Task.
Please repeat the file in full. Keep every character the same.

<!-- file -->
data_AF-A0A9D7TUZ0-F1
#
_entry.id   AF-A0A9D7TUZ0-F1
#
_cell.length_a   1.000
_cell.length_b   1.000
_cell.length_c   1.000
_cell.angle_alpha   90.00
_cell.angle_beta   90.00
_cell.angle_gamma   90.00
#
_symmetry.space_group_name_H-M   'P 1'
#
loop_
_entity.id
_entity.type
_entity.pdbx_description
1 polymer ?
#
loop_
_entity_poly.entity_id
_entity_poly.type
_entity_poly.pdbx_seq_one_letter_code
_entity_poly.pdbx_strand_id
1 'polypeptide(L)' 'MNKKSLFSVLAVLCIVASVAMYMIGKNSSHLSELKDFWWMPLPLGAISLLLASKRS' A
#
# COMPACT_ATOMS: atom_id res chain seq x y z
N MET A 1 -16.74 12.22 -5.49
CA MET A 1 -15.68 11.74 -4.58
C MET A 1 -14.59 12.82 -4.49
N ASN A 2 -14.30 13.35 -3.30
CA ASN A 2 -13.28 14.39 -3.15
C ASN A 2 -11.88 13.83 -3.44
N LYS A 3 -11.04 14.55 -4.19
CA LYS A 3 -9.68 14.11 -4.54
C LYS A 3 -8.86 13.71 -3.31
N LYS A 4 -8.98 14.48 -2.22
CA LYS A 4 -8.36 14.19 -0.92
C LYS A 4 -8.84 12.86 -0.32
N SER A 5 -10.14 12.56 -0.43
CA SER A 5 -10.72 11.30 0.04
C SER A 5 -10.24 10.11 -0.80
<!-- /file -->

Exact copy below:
data_AF-A0A9D7TUZ0-F1
#
_entry.id   AF-A0A9D7TUZ0-F1
#
_cell.length_a   1.000
_cell.length_b   1.000
_cell.length_c   1.000
_cell.angle_alpha   90.00
_cell.angle_beta   90.00
_cell.angle_gamma   90.00
#
_symmetry.space_group_name_H-M   'P 1'
#
loop_
_entity.id
_entity.type
_entity.pdbx_description
1 polymer ?
#
loop_
_entity_poly.entity_id
_entity_poly.type
_entity_poly.pdbx_seq_one_letter_code
_entity_poly.pdbx_strand_id
1 'polypeptide(L)' 'MNKKSLFSVLAVLCIVASVAMYMIGKNSSHLSELKDFWWMPLPLGAISLLLASKRS' A
#
# COMPACT_ATOMS: atom_id res chain seq x y z
N MET A 1 -16.74 12.22 -5.49
CA MET A 1 -15.68 11.74 -4.58
C MET A 1 -14.59 12.82 -4.49
N ASN A 2 -14.30 13.35 -3.30
CA ASN A 2 -13.28 14.39 -3.15
C ASN A 2 -11.88 13.83 -3.44
N LYS A 3 -11.04 14.55 -4.19
CA LYS A 3 -9.68 14.11 -4.54
C LYS A 3 -8.86 13.71 -3.31
N LYS A 4 -8.98 14.48 -2.22
CA LYS A 4 -8.36 14.19 -0.92
C LYS A 4 -8.84 12.86 -0.32
N SER A 5 -10.14 12.56 -0.43
CA SER A 5 -10.72 11.30 0.04
C SER A 5 -10.24 10.11 -0.80